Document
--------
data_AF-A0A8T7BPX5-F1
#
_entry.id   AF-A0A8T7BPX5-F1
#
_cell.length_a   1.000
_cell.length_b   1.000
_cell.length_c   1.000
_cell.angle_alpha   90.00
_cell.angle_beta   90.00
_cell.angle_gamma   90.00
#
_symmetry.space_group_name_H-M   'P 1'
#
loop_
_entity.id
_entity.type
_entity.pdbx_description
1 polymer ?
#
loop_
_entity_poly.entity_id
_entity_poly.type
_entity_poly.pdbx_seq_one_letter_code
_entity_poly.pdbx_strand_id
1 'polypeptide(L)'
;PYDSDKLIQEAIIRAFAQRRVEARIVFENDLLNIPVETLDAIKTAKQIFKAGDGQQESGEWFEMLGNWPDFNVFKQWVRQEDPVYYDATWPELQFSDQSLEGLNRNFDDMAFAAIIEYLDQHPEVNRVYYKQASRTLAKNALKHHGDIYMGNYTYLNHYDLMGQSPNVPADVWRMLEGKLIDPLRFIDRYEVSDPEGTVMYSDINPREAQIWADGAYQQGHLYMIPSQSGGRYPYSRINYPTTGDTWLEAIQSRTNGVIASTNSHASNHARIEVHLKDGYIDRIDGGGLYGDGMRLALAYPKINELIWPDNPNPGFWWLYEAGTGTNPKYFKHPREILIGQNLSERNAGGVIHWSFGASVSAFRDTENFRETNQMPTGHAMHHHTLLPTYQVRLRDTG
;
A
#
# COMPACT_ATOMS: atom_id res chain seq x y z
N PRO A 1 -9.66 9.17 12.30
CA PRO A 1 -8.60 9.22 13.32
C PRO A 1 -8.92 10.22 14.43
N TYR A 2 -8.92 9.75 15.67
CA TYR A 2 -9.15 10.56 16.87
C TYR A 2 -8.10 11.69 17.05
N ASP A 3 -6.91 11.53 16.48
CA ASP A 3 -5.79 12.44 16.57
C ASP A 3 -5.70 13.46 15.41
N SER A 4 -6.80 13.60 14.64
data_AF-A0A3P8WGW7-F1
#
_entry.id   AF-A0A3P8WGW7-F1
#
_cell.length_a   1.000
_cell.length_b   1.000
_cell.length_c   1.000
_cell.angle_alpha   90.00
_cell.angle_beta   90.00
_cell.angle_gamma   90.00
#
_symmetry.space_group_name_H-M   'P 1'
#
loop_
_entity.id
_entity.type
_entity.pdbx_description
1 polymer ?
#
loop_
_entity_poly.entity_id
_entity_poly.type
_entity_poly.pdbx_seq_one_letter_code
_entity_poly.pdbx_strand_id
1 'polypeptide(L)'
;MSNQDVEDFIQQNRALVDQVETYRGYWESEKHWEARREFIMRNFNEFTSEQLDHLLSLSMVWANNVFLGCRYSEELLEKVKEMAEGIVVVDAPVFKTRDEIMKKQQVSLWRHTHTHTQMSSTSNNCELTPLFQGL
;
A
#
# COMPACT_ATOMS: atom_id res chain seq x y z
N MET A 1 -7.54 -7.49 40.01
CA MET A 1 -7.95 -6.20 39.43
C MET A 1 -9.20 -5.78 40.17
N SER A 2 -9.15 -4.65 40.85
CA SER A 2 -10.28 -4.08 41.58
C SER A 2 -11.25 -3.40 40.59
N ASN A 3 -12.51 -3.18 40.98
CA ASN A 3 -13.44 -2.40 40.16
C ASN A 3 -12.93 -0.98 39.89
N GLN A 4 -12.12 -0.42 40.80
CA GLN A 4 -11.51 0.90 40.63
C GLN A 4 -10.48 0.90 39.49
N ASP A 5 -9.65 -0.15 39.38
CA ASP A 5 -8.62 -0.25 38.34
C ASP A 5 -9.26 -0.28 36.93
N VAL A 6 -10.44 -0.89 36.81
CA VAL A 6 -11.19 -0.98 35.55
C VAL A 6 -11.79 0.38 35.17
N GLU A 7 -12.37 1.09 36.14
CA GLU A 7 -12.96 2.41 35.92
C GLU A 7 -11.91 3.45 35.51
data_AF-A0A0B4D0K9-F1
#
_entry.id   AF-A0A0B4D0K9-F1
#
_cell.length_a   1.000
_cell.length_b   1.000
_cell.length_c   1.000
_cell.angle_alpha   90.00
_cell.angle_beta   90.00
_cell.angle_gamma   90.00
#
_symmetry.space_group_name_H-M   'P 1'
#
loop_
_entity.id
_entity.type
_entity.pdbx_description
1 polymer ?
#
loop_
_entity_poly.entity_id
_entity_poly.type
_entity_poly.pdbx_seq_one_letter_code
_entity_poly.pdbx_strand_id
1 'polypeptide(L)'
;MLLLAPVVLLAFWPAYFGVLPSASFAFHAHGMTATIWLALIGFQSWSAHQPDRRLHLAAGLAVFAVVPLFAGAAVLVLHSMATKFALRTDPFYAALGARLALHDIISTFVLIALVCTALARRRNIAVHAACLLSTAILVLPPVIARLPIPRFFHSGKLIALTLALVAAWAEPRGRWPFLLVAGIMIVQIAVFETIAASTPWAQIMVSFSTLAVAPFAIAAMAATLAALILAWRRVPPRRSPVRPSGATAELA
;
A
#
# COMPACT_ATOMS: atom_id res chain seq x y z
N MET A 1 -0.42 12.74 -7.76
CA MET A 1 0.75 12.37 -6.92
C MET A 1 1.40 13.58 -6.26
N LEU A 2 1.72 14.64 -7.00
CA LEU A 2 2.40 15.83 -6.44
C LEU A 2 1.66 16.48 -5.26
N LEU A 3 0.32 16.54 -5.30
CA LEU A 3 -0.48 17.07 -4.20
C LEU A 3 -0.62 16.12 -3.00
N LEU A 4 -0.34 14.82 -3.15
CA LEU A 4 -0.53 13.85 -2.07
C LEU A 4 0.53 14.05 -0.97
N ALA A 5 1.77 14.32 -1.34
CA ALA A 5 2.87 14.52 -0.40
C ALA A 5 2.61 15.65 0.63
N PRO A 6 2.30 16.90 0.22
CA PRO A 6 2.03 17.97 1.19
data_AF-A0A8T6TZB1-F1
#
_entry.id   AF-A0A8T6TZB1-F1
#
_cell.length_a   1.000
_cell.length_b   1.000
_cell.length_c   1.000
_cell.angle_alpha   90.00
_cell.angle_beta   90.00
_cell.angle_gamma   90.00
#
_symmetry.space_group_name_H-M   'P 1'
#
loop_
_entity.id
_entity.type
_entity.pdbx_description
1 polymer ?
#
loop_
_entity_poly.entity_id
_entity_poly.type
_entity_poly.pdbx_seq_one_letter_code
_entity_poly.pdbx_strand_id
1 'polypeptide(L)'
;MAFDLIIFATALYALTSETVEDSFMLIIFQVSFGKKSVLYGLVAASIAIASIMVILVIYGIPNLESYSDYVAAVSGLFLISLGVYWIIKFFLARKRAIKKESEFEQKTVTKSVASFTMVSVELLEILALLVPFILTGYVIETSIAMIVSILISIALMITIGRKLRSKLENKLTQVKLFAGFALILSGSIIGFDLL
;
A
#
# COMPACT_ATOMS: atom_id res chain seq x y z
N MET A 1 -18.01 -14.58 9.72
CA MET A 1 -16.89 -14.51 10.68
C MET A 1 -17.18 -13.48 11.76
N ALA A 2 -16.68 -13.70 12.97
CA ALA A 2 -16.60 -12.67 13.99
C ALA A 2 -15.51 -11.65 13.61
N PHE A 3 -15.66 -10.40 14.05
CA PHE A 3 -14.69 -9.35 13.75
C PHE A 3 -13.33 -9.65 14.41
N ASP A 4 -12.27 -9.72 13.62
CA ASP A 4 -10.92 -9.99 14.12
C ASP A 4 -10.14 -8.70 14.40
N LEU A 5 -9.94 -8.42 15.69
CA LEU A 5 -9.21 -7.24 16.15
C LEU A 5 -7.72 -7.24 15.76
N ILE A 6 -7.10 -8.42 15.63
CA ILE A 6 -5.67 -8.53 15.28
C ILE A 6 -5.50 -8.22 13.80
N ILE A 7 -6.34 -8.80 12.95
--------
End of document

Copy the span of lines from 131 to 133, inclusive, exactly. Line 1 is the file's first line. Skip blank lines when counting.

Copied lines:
N LEU A 4 -0.34 14.82 -3.15
CA LEU A 4 -0.53 13.85 -2.07
C LEU A 4 0.53 14.05 -0.97